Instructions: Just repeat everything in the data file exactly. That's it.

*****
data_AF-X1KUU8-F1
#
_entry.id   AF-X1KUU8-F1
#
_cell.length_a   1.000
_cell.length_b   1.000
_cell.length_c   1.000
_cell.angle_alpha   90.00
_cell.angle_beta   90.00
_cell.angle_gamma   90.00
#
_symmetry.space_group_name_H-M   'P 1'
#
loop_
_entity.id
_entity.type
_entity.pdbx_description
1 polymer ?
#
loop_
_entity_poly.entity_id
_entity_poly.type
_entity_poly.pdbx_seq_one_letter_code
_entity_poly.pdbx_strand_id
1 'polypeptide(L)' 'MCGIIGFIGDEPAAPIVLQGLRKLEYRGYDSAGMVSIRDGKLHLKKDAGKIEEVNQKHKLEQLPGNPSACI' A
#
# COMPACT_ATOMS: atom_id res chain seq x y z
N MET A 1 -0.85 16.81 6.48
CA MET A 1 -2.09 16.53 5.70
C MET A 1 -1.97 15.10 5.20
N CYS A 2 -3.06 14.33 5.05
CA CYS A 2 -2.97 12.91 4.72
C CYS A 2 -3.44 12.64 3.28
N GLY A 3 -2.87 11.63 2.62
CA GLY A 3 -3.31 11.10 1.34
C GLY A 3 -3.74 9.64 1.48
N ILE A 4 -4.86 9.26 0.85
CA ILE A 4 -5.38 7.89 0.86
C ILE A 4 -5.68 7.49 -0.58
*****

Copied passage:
data_AF-X1KUU8-F1
#
_entry.id   AF-X1KUU8-F1
#
_cell.length_a   1.000
_cell.length_b   1.000
_cell.length_c   1.000
_cell.angle_alpha   90.00
_cell.angle_beta   90.00
_cell.angle_gamma   90.00
#
_symmetry.space_group_name_H-M   'P 1'
#
loop_
_entity.id
_entity.type
_entity.pdbx_description
1 polymer ?
#
loop_
_entity_poly.entity_id
_entity_poly.type
_entity_poly.pdbx_seq_one_letter_code
_entity_poly.pdbx_strand_id
1 'polypeptide(L)' 'MCGIIGFIGDEPAAPIVLQGLRKLEYRGYDSAGMVSIRDGKLHLKKDAGKIEEVNQKHKLEQLPGNPSACI' A
#
# COMPACT_ATOMS: atom_id res chain seq x y z
N MET A 1 -0.85 16.81 6.48
CA MET A 1 -2.09 16.53 5.70
C MET A 1 -1.97 15.10 5.20
N CYS A 2 -3.06 14.33 5.05
CA CYS A 2 -2.97 12.91 4.72
C CYS A 2 -3.44 12.64 3.28
N GLY A 3 -2.87 11.63 2.62
CA GLY A 3 -3.31 11.10 1.34
C GLY A 3 -3.74 9.64 1.48
N ILE A 4 -4.86 9.26 0.85
CA ILE A 4 -5.38 7.89 0.86
C ILE A 4 -5.68 7.49 -0.58